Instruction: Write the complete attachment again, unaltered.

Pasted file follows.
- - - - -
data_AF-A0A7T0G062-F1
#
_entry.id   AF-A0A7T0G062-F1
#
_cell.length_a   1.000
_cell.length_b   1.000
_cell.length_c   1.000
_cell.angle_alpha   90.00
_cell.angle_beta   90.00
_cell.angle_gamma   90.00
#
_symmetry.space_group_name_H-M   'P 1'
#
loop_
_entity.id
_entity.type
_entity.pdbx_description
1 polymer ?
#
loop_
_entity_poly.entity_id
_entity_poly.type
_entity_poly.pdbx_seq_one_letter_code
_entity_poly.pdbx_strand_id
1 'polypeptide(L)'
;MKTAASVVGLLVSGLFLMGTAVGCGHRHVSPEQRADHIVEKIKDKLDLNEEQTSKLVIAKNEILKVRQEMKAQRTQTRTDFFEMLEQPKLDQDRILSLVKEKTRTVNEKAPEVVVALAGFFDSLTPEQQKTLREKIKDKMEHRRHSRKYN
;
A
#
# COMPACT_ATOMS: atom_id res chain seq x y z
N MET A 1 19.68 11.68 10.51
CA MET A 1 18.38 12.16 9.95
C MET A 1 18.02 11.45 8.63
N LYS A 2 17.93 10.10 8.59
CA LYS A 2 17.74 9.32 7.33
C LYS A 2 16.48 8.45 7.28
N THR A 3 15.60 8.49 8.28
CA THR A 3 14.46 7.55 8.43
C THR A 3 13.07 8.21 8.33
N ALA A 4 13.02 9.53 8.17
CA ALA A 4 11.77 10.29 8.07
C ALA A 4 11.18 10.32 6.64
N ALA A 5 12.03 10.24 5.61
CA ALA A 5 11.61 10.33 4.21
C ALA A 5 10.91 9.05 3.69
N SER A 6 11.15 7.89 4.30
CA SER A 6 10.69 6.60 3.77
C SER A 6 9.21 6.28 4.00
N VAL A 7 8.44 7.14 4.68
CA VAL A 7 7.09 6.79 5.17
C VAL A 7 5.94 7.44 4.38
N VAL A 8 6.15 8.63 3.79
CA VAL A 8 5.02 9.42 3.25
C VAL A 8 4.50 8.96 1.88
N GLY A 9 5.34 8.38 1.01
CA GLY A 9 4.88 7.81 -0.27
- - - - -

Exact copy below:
data_AF-A0A7T0G062-F1
#
_entry.id   AF-A0A7T0G062-F1
#
_cell.length_a   1.000
_cell.length_b   1.000
_cell.length_c   1.000
_cell.angle_alpha   90.00
_cell.angle_beta   90.00
_cell.angle_gamma   90.00
#
_symmetry.space_group_name_H-M   'P 1'
#
loop_
_entity.id
_entity.type
_entity.pdbx_description
1 polymer ?
#
loop_
_entity_poly.entity_id
_entity_poly.type
_entity_poly.pdbx_seq_one_letter_code
_entity_poly.pdbx_strand_id
1 'polypeptide(L)'
;MKTAASVVGLLVSGLFLMGTAVGCGHRHVSPEQRADHIVEKIKDKLDLNEEQTSKLVIAKNEILKVRQEMKAQRTQTRTDFFEMLEQPKLDQDRILSLVKEKTRTVNEKAPEVVVALAGFFDSLTPEQQKTLREKIKDKMEHRRHSRKYN
;
A
#
# COMPACT_ATOMS: atom_id res chain seq x y z
N MET A 1 19.68 11.68 10.51
CA MET A 1 18.38 12.16 9.95
C MET A 1 18.02 11.45 8.63
N LYS A 2 17.93 10.10 8.59
CA LYS A 2 17.74 9.32 7.33
C LYS A 2 16.48 8.45 7.28
N THR A 3 15.60 8.49 8.28
CA THR A 3 14.46 7.55 8.43
C THR A 3 13.07 8.21 8.33
N ALA A 4 13.02 9.53 8.17
CA ALA A 4 11.77 10.29 8.07
C ALA A 4 11.18 10.32 6.64
N ALA A 5 12.03 10.24 5.61
CA ALA A 5 11.61 10.33 4.21
C ALA A 5 10.91 9.05 3.69
N SER A 6 11.15 7.89 4.30
CA SER A 6 10.69 6.60 3.77
C SER A 6 9.21 6.28 4.00
N VAL A 7 8.44 7.14 4.68
CA VAL A 7 7.09 6.79 5.17
C VAL A 7 5.94 7.44 4.38
N VAL A 8 6.15 8.63 3.79
CA VAL A 8 5.02 9.42 3.25
C VAL A 8 4.50 8.96 1.88
N GLY A 9 5.34 8.38 1.01
CA GLY A 9 4.88 7.81 -0.27